Learn to adjust shutter speed, aperture and ISO settings on your camera. A good camera lets you capture fine shots in auto mode as well, but sooner or later you will need to know about manual settings. The first time you try to frame something in low light will be a reminder for you to learn the manual settings.

3. View Your Practice Session Photos on a PC and Tablet

Take time and examine the photos you have taken during a practice session. The LCD display on the camera doesn’t tell you the truth, but you have to view the photos on a PC monitor or on a tablet. Is there too much light in the frame, or is it too dark? What about composition? Focus? Didn’t get that blurry background? Tip: when you practice, take several photos of the same subject, but with different settings. This is the fastest way to learn.

photos from book The Gems of Nice and the French Riviera
Photos from the travel guidebook The Gems of Nice and the French Riviera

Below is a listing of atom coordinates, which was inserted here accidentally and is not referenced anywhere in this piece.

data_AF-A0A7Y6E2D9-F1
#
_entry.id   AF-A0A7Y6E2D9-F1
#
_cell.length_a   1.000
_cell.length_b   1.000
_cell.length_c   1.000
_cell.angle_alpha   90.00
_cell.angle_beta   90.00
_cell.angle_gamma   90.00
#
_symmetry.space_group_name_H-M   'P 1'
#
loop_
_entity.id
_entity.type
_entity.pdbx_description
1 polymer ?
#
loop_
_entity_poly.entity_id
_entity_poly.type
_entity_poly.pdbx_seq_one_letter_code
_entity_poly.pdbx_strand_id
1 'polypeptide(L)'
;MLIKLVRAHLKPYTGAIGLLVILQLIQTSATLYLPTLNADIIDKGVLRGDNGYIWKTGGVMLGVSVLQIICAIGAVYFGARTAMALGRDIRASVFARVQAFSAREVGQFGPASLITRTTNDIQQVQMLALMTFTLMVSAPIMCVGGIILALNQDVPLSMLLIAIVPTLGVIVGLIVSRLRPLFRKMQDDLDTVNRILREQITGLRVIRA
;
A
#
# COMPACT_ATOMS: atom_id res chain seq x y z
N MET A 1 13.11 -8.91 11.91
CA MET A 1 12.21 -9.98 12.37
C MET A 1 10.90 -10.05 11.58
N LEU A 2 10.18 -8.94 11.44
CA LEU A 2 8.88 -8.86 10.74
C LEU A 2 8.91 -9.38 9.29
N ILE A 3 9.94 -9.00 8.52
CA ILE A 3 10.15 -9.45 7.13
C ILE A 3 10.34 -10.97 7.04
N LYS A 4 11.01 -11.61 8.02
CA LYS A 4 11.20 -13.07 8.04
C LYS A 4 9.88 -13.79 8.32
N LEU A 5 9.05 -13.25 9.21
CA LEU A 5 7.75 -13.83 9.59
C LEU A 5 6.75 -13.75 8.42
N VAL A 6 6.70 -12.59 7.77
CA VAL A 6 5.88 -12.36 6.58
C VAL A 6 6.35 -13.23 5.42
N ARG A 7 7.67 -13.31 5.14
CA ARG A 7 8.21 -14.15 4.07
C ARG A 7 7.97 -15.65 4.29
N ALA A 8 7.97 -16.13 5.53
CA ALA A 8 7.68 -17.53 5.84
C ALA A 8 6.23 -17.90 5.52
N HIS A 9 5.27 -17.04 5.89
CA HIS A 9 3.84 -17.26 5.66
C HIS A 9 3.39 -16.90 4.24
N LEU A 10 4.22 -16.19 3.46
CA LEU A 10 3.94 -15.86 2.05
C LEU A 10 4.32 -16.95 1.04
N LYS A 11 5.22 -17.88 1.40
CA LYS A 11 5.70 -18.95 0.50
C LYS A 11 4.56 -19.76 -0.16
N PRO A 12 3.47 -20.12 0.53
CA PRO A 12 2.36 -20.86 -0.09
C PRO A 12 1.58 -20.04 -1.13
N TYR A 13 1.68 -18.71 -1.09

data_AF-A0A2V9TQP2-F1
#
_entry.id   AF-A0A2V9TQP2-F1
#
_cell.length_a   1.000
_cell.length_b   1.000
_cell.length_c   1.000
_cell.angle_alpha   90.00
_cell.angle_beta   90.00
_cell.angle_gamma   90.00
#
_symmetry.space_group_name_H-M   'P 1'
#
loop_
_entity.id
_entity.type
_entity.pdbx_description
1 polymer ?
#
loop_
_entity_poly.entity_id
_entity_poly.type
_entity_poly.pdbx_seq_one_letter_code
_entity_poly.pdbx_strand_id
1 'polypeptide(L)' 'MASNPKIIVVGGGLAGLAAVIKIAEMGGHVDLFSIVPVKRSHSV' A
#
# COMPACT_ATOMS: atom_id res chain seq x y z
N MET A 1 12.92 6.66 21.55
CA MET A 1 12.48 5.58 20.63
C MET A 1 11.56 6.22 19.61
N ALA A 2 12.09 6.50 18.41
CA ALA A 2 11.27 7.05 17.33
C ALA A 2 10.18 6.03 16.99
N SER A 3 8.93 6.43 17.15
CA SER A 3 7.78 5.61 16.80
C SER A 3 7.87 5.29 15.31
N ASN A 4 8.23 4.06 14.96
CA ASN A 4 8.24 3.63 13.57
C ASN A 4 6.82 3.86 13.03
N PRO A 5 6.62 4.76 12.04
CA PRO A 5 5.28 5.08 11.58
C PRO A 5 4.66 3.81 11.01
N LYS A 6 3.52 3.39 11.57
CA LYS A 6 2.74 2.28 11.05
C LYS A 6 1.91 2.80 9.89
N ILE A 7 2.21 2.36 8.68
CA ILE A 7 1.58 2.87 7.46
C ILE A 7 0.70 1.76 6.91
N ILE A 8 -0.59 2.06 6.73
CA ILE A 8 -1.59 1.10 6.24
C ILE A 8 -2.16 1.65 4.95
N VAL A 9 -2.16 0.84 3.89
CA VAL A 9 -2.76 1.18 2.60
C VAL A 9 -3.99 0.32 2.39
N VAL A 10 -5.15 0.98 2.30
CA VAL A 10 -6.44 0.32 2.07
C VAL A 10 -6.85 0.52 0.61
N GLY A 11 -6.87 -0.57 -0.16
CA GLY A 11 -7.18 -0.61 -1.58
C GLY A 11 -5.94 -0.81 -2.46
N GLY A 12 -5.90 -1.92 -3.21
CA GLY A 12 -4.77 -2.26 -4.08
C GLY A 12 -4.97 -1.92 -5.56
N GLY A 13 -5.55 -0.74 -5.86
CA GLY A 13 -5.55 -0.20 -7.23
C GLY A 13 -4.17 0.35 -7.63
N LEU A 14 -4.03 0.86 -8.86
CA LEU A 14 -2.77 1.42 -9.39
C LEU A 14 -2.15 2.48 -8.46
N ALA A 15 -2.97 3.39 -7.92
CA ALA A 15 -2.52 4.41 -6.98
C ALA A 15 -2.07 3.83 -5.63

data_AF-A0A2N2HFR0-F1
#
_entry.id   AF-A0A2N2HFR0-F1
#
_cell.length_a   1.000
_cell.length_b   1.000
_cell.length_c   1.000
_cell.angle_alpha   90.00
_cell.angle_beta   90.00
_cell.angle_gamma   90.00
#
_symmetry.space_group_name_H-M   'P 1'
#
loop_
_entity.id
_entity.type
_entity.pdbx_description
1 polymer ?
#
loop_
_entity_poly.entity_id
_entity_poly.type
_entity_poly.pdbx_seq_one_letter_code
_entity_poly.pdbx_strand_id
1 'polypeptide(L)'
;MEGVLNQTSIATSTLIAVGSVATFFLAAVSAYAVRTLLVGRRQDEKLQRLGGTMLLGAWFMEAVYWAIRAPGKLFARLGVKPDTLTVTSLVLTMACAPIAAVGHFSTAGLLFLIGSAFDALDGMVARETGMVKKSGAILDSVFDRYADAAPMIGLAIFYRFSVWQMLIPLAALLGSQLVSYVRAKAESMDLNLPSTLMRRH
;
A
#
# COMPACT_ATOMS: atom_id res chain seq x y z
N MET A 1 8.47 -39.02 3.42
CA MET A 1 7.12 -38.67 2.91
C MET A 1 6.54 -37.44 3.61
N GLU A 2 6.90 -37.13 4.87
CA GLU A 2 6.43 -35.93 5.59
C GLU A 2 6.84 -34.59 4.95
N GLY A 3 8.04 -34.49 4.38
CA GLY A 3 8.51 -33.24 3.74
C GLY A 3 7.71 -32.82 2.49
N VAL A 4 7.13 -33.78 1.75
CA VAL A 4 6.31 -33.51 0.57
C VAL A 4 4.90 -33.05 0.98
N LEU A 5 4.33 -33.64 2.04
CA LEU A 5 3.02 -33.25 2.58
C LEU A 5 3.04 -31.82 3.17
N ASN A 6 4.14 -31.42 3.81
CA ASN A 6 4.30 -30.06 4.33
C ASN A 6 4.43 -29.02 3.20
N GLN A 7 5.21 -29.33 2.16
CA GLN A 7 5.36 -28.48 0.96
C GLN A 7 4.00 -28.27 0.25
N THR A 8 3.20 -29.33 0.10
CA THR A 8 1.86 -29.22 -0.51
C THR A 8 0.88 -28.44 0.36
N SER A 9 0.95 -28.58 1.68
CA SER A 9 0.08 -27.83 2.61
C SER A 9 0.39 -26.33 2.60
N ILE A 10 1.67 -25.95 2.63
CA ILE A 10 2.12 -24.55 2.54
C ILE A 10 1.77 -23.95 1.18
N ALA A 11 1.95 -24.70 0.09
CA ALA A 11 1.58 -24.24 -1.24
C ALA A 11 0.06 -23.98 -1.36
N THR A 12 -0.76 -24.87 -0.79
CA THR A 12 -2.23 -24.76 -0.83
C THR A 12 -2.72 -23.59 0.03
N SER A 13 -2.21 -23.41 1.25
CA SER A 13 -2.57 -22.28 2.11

On the Road

4. Take Time to Compose

You know the golden section rule, right? The frame is divided into nine sections of equal size, and the corners of the central section guide the position of the main subject. Mistakes in composition are difficult or impossible to correct in post processing, so take your time. Try with the zoom and without the zoom. The most annoying problem: the top of the tower of an ancient castle didn’t fit into the frame and now you are already back home. Take your time at the destination.

5. Try New Angles

Stop, think, and be creative. Move around to get a fresh angle to the subject. High or low angle? Can you find something in front of the subject that doesn’t block the view, but gives it depth?

6. After the Sunset